Monday, November 28, 2016

LCOE and Excel

Here's a funny thing that people might be interested to know. I was building a model in Excel to play around with LCOE calculation - a topic to which I'll be returning - and I found out some interesting things about the Excel NPV function. I found that if you're asking the NPV function to calculate the net present value of a sequence of cells, if there's an empty cell, the NPV function ignores the empty cells and moves on to the next occupied one. This can mean that late years are under-discounted if you've got empty cells. Filling the cells with zeros or a formula returning zero fixes the problem. I spent a while chasing this down, so hope this is useful. I'm sure readers who have got this far know that Excel effectively assumes payments at the end of each year (i.e. the first year is discounted by a full year's discount rate). You may wish to correct for mid year cashflows, or even more precisely if your cashflows are well constrained in time. The reason I've been doing this is that I'm looking hard at the LCOE function - which I'm not sure fairly evaluates long term projects, or projects with variable risk. More on this over the next few weeks.

Monday, November 21, 2016

Multiplication

When we looked away from the wave and tidal marine energy sector in 2009, we were monitoring around 60 tidal energy and 60 wave energy conversion devices. We're now re-engaging with the sector and undertaking our initial screening research. Many of the devices we were watching in 2009 are still around, and some have made significant progress. Sad to say, some have gone by the wayside. But what's really got our attention is the multiplication of devices in the sector. We can now see around 130 tidal energy devices and more than 300 wave devices. We've undertaken our initial screening of the tidal devices to identify the top 20 or so, and are just beginning to do the same for the wave sector. As a sneak peek, the shortlisted 24 tidal devices and companies include Atlantis, Andritz, Clean Current Power Systems, Flumill, Mako, OpenHydro, Scotrenewables, Tocardo and Verdant. In coming weeks, we will be undertaking our objective scoring to determine our views on technical and commercial feasibility for these devices and plan to publish the new Redfield Marine Renewables Review in early 2017. It's going to be in two volumes: tidal and wave. We're looking forward to visiting the International Tidal Energy Summit in London later this week, and will report back with our impressions after that.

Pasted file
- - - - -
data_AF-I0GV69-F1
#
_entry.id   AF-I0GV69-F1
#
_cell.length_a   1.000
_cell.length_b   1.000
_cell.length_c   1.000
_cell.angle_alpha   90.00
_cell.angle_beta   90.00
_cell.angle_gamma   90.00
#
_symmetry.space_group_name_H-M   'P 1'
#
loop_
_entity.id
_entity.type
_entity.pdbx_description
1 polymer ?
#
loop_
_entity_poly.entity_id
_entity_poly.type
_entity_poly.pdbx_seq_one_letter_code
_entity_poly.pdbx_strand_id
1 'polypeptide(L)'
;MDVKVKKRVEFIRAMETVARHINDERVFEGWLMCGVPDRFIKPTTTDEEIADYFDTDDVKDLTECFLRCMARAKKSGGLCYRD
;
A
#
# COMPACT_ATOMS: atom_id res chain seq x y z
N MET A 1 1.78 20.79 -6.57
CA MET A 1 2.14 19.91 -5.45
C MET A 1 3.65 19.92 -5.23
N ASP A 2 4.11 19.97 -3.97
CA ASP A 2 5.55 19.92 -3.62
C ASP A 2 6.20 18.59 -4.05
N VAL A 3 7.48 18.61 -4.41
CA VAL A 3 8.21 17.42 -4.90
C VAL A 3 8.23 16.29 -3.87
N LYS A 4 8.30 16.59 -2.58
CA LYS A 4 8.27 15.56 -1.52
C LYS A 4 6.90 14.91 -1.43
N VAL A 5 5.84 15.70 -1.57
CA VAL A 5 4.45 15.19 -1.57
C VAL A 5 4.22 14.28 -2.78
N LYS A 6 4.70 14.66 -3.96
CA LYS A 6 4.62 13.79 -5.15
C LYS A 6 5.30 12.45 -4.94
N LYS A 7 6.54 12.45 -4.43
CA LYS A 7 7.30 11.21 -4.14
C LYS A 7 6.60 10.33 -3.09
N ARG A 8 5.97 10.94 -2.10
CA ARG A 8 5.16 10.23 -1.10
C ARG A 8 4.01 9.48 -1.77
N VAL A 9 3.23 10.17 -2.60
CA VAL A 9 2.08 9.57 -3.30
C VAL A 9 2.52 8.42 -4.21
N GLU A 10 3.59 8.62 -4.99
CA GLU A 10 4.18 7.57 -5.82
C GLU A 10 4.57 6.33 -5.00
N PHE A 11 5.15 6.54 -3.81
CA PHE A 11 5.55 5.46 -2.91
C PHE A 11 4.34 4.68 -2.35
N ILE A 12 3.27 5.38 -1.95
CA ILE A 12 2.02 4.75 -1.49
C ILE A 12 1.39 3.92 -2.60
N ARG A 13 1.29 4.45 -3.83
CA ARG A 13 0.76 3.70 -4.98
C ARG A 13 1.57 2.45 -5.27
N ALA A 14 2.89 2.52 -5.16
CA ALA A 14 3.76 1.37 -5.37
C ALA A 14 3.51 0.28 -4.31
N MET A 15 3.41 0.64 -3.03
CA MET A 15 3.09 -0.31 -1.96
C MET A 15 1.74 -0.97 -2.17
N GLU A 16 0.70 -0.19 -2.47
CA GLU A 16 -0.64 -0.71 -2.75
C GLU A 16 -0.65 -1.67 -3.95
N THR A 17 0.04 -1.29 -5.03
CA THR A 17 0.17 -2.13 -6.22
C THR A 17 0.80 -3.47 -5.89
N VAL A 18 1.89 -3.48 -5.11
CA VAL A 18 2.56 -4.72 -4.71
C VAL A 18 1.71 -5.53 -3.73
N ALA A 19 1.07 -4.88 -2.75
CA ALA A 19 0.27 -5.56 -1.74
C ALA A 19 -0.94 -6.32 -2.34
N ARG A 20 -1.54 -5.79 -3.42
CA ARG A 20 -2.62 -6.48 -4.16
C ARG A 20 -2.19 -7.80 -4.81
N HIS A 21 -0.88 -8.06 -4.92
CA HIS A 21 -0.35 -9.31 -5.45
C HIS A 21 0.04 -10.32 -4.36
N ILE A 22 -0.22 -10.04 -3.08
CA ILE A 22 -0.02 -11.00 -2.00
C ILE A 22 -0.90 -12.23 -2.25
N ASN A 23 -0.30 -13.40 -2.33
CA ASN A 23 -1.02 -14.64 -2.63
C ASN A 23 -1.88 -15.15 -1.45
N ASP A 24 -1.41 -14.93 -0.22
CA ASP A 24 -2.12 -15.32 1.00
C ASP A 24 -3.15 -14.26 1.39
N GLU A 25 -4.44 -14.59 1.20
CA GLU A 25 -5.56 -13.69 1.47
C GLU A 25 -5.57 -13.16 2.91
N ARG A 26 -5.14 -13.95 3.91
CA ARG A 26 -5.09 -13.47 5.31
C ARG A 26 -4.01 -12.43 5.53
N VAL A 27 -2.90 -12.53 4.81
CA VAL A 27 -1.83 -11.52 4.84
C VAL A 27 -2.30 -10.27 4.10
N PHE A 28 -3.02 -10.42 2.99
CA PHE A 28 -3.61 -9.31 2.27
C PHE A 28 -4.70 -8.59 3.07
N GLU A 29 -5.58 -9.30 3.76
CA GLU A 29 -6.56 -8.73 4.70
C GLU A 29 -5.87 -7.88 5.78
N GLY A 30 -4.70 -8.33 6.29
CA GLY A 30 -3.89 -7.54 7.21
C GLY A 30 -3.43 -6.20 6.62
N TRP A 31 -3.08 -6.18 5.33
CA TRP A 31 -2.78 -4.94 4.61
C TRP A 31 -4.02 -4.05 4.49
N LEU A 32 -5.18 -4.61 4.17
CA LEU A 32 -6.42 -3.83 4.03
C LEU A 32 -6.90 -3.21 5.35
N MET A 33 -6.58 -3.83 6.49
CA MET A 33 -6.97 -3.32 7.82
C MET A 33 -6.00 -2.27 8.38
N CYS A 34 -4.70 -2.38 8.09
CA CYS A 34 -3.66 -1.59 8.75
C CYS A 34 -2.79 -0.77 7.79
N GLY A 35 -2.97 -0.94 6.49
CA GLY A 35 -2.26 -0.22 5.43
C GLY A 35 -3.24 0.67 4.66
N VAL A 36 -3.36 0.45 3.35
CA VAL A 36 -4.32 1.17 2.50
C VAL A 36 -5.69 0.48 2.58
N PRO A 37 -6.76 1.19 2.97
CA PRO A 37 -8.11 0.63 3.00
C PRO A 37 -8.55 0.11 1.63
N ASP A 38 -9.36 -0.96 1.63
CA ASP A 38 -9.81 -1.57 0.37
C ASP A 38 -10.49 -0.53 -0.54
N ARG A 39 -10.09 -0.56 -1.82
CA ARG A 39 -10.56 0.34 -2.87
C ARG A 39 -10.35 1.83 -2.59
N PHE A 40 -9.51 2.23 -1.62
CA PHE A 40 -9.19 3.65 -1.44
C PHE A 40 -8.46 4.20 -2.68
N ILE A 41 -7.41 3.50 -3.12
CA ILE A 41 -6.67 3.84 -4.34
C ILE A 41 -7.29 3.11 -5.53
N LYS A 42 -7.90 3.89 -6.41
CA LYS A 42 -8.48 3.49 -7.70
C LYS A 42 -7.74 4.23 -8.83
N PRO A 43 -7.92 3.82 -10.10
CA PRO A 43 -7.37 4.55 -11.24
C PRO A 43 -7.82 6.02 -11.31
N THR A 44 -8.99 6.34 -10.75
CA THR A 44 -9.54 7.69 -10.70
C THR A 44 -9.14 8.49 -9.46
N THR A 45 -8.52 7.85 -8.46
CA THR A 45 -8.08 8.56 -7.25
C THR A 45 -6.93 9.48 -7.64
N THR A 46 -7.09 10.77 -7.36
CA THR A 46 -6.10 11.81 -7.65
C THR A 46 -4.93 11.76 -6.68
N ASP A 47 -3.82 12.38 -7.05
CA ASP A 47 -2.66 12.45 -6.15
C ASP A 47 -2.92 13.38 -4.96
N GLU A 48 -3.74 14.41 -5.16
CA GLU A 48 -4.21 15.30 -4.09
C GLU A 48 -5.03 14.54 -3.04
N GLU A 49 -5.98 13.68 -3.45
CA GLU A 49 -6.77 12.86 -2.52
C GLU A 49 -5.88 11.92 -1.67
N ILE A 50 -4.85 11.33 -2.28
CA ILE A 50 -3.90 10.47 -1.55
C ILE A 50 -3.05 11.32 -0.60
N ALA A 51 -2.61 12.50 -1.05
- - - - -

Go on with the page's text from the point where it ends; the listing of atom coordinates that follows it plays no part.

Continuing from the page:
Thursday, November 03, 2016

It's been a long time, but we're back

After an extended break, learning about the oil services economy and spending some time trying to provide innovative services to reshape the offshore wind maintenance challenge, Redfield Consulting is relaunching. We are looking forward to getting re-engaged with the offshore, wind and tidal industries, and in parallel, John Aldersey-Williams plans to undertake a PhD in the economics and policy of this sector, to understand its economic, socio-economic and green costs and benefits better and to boost the support we can offer to its players. We're already realising how things have changed - a number of tidal developers are now developing significant projects, offshore wind is progressing at a truly industrial scale but the wave sector seems to have lost pace. Over the coming weeks, we'll be catching up on this, and also developing a roadmap for funding for marine developers. It's good to be back.

Saturday, February 20, 2010

Orecon

I saw a press report that ORECon was being wound up. Details are here.

The CEO said that the company had been negotiating to participate in the WaveHub project, and that it had been unable to secure funding.

ORECon's technology is an Oscillating Water Column device, which uses multiple resonant feeder pipes to optimise energy capture. I wonder if there's any IP worth buying from the Liquidator?


Apologies for brevity - posted from my iPhone

Tuesday, February 16, 2010

Hours on the clock


Marine Current Turbines have now racked up 1000 hours of export to the National Grid, as reported here.

MCT claims an average capacity factor of 66% for the period of operation. We have calculated a capacity factor, based on ROC register figures, which shows a steady(ish) increase to around 25% in November 2009. This calculated CF does not make any allowance for downtime, availability of marine mammal onservers, or (crucially for MCT) the limitations imposed by daylight-only working.

Since daylight in November is less than 50% of the time, and the trend is upwards, we can see that a claimed 66% capacity factor in December could be realistic.

If true, it's excellent news for the company and the technology, as it's always all about cost per MWhr, and more MWhrs means a better metric.